This website supports that.
According to it, when existential sentences start with 'there', many people, particularly Americans, have the verb agree with the first noun. So "There is a dog, a cat, and a squirrel in the park."
However, other people use a plural verb if there are multiple singular nouns. So "There are a dog, a cat, and a squirrel in the park."
This site also talks about inseparable pairs, like 'salt and pepper'. It says in informal common usage, the singular verb is used. So "There is salt and pepper on the table."
But in more formal usage, the plural verb is used. So "There are salt and pepper on the table". Though doing a Google search, that produces very, very few results.
How is "sushi" supposed to be pronounced in Finnish? Should it be the same as in english, with the "sh" making the same sound as it does in english? In the audio for this sentence, it sound to me like it says "susissa" and I don't here the "sh" sound if it is supposed to be there.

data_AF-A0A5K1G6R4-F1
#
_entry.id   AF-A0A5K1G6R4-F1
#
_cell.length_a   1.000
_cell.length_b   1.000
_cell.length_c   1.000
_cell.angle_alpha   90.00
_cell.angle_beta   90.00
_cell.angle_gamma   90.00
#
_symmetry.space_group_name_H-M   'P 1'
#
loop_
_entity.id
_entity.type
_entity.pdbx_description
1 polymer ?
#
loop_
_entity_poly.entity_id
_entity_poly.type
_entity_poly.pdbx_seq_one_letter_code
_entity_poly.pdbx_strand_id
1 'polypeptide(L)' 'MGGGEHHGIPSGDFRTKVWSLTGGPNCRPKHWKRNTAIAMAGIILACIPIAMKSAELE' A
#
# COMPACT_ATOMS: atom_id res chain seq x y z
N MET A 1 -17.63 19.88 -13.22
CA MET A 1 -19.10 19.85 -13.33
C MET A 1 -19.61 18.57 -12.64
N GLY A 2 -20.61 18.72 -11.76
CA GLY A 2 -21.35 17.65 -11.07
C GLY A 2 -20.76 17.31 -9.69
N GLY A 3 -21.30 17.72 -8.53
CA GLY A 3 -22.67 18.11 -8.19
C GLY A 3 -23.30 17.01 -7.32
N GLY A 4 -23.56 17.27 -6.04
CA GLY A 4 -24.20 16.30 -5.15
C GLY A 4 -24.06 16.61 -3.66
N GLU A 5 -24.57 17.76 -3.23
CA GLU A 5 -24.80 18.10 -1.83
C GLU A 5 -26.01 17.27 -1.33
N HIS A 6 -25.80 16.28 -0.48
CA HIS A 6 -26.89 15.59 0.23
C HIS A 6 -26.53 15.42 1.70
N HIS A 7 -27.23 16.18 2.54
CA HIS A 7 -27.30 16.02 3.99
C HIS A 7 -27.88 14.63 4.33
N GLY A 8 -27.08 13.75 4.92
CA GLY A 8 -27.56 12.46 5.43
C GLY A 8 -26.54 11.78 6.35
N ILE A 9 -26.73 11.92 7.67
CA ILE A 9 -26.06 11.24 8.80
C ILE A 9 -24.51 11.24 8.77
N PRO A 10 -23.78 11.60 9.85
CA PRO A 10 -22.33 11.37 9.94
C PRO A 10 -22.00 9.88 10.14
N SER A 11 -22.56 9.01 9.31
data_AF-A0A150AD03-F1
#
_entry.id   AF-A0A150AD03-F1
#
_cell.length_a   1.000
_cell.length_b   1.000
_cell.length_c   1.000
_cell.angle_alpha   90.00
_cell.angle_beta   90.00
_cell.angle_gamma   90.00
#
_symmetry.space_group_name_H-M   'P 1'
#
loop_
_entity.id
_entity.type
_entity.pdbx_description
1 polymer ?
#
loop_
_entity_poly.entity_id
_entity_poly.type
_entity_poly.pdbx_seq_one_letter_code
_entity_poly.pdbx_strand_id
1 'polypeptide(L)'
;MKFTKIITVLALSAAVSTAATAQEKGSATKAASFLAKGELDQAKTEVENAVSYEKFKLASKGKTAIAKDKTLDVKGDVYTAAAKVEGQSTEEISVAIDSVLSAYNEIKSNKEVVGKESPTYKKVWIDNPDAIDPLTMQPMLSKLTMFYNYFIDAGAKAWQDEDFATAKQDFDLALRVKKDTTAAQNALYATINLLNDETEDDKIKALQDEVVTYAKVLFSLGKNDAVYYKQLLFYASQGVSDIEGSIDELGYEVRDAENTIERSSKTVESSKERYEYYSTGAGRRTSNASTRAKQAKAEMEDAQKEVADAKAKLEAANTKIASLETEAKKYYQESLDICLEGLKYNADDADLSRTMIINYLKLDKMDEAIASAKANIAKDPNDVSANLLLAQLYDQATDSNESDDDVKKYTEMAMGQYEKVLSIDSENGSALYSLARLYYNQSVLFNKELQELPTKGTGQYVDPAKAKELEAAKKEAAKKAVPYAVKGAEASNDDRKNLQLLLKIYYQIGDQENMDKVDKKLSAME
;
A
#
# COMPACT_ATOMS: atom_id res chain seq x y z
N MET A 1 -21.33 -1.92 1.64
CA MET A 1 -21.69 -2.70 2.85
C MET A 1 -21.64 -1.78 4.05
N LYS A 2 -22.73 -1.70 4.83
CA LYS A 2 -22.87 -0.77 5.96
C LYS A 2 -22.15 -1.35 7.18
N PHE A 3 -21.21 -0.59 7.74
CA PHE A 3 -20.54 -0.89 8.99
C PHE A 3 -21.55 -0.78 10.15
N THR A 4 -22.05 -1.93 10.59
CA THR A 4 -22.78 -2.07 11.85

What I've heard is a sound about halfway between an English 's' and an English 'sh' (heard also in "shamaani"). I gather that they're trying to pronounce the 'sh' correctly, but I'd guess the phoneme is only now entering the language in these foreign words, and so it doesn't come naturally to them. It's not as distinct as when a native English speaker says it.
I am also not aware of any other digraphs (two letters being used to represent a single sound) in Finnish, though they're very common in English. So it might be confusing to some speakers.